CAPE CANAVERAL, Fla. – The astronaut husband of wounded Rep. Gabrielle Giffords arrived at NASA's launch site Tuesday for this week's flight of space shuttle Endeavour, and said his wife would be following him "pretty soon" — in plenty of time for liftoff.
Endeavour is set to blast off Friday afternoon on its final voyage. It will be the next-to-last space shuttle mission.
Navy Capt. Mark Kelly and his crew flew into Kennedy Space Center early Tuesday afternoon. The countdown began about an hour later.
Speaking on behalf of his five crewmates, Kelly expressed pleasure at seeing the astronauts' wives and children, who flew in a little earlier and gathered nearby.
Giffords was not among the crowd. She remained behind in Houston, where she is undergoing rehabilitation for a gunshot wound to the head. She was attacked Jan. 8 in her Tucson, Ariz., hometown.
"I'm personally looking forward to my wife, Congresswoman Gabrielle Giffords, getting here pretty soon, to be here in time for our launch on Friday," Kelly told the crowd of family members and journalists.
"It's something she's been looking forward to for a long time," he said. "She's been working really hard to make sure that her doctors would permit her to come. She's more than medically ready to be here, and she's excited about making this trip."
Her doctors announced Monday that she could travel to Florida. Kelly was greeted Tuesday by his identical twin, astronaut Scott Kelly. Both wore turquoise "Gabby" wristbands.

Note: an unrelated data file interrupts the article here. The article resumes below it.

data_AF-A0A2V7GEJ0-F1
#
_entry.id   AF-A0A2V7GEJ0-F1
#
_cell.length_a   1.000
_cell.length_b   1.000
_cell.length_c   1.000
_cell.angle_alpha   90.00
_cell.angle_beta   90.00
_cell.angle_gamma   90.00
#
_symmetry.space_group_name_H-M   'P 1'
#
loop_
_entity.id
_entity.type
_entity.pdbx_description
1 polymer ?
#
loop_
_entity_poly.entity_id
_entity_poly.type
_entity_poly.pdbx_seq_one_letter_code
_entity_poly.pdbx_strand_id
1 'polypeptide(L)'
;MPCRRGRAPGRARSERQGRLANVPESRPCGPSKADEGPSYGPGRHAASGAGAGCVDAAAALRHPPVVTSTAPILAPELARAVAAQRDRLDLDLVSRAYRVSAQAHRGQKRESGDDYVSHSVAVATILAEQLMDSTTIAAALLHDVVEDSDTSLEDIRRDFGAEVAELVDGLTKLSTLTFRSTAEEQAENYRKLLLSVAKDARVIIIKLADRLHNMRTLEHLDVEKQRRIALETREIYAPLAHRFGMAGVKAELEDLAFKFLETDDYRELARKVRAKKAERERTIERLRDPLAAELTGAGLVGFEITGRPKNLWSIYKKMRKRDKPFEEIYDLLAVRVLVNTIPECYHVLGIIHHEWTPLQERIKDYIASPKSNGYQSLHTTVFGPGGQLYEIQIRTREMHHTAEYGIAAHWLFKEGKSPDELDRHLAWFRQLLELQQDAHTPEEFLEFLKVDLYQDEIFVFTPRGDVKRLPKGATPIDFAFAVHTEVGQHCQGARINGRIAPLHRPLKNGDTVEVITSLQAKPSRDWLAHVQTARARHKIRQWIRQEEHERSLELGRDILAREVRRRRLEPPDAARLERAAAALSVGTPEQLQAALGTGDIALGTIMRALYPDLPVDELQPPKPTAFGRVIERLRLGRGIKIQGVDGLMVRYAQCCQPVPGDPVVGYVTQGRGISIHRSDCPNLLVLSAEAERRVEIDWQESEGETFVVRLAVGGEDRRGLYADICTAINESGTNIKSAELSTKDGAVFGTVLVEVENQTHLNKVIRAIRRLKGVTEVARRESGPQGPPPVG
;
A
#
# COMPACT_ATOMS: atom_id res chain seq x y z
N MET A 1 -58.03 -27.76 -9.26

President Barack Obama and his family also will attend the liftoff.
NASA test director Jeremy Graeber said the presidential visit — and Giffords' presence — will not distract the launch team. It's exciting, though, to have so many people coming for Endeavour's final takeoff, especially first-time guests, he said.
Forecasters put the odds of good launch weather at 80 percent. Launch time is 3:47 p.m.
Endeavour will carry a $2 billion particle physics experiment to the International Space Station along with a load of spare station parts.
The 30-year shuttle program will end this summer with the flight of Atlantis.
This will be the 134th shuttle mission overall and the 25th for NASA's youngest shuttle. It first flew in 1992, as the replacement for the lost Challenger.
"We're going to take Endeavour out for a couple more, probably about 5 or 6 million more miles," Kelly said. It already has logged 116 million miles. "After 25 flights, we will hopefully land here on this runway and then Endeavour is done with its service to the country."
Endeavour will retire to the California Science Center in Los Angeles.